Back in September, BlackBerry announced that it would stop internal development of its smartphones, relying instead on partners to design and build future hardware. Now, the firm has reached a “long-term” deal with TCL that will see the Chinese company design, build, sell, and support all future BlackBerry handsets.

The partnership doesn’t come as a huge surprise; TCL manufactured the BlackBerry DTEK50 and DTEK60, which were modified and rebranded versions of its own Alcatel phones.   

BlackBerry is also licensing its security software and service suite to TCL Communication, which is a subsidiary of Chinese multinational giant TCL Corporation. The company is also licensed to use the BlackBerry name, logo, and brand assets.

The move allows BlackBerry to concentrate on software development, such as its enterprise and security offerings. While TCL will have the exclusive rights to manufacture and distribute BlackBerry smartphones around the world, there are some locations where the deal doesn’t apply: India, Sri Laka, Nepal, Bangladesh, and Indonesia.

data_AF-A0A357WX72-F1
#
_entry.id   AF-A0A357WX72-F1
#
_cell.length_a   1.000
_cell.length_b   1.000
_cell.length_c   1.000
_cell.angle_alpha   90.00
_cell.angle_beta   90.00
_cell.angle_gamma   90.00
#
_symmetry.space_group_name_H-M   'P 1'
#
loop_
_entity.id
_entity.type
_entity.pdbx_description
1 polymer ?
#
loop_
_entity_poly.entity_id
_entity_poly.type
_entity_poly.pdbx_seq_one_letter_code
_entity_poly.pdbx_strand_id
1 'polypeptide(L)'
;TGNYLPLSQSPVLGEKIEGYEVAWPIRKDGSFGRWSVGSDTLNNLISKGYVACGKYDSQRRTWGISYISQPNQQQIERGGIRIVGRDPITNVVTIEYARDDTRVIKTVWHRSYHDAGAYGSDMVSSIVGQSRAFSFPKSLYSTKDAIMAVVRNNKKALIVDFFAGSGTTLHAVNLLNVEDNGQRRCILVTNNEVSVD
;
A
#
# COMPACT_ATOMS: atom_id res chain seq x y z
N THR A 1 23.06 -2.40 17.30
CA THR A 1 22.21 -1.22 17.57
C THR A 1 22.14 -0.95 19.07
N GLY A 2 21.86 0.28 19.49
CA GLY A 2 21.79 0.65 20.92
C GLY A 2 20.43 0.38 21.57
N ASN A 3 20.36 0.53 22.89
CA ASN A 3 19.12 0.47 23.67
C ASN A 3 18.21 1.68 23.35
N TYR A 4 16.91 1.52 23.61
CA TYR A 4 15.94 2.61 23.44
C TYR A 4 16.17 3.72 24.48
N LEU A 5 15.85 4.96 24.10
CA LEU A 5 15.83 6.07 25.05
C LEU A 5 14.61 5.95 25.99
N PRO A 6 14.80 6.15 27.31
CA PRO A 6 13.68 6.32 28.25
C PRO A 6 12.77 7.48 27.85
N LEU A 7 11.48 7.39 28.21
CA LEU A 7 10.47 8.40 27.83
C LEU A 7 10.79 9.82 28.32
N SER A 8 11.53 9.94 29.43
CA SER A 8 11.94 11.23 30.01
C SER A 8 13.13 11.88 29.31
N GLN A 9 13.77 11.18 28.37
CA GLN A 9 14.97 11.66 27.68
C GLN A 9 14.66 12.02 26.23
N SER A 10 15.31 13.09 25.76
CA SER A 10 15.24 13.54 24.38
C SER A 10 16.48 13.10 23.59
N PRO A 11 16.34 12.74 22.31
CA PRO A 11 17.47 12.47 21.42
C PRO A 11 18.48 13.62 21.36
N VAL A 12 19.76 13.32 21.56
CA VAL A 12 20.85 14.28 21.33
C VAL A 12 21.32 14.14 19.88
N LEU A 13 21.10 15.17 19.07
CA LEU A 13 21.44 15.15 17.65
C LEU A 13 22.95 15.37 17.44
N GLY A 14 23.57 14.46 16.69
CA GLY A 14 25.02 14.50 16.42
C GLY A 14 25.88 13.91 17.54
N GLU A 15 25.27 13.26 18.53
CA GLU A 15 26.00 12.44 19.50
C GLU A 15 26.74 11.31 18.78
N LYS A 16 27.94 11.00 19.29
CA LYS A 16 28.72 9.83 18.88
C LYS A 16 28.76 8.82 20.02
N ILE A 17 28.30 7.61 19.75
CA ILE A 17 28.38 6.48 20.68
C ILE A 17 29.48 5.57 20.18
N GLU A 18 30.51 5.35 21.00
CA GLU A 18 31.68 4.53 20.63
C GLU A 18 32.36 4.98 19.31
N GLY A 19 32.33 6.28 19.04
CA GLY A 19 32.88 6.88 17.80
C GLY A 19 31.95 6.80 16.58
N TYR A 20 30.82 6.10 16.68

BlackBerry announced a joint venture with Indonesian company PT Tiphone Mobile in September that allows the firm to license BlackBerry software and services for the production of handsets for the Indonesian market.

2016 hasn’t been the best year for BlackBerry. WhatsApp, Facebook, and PayPal all announced that they were dropping support for its BBOS and BlackBerry 10 Operating systems. This was shortly followed by President Obama’s announcement that he had changed his BlackBerry for an unnamed smartphone.

The company’s move to Android didn’t prove hugely successful, either. The Priv, its first Android device, was given a price cut in April due to its low sales. TCL has confirmed, however, that its future BlackBerry phones will run Android.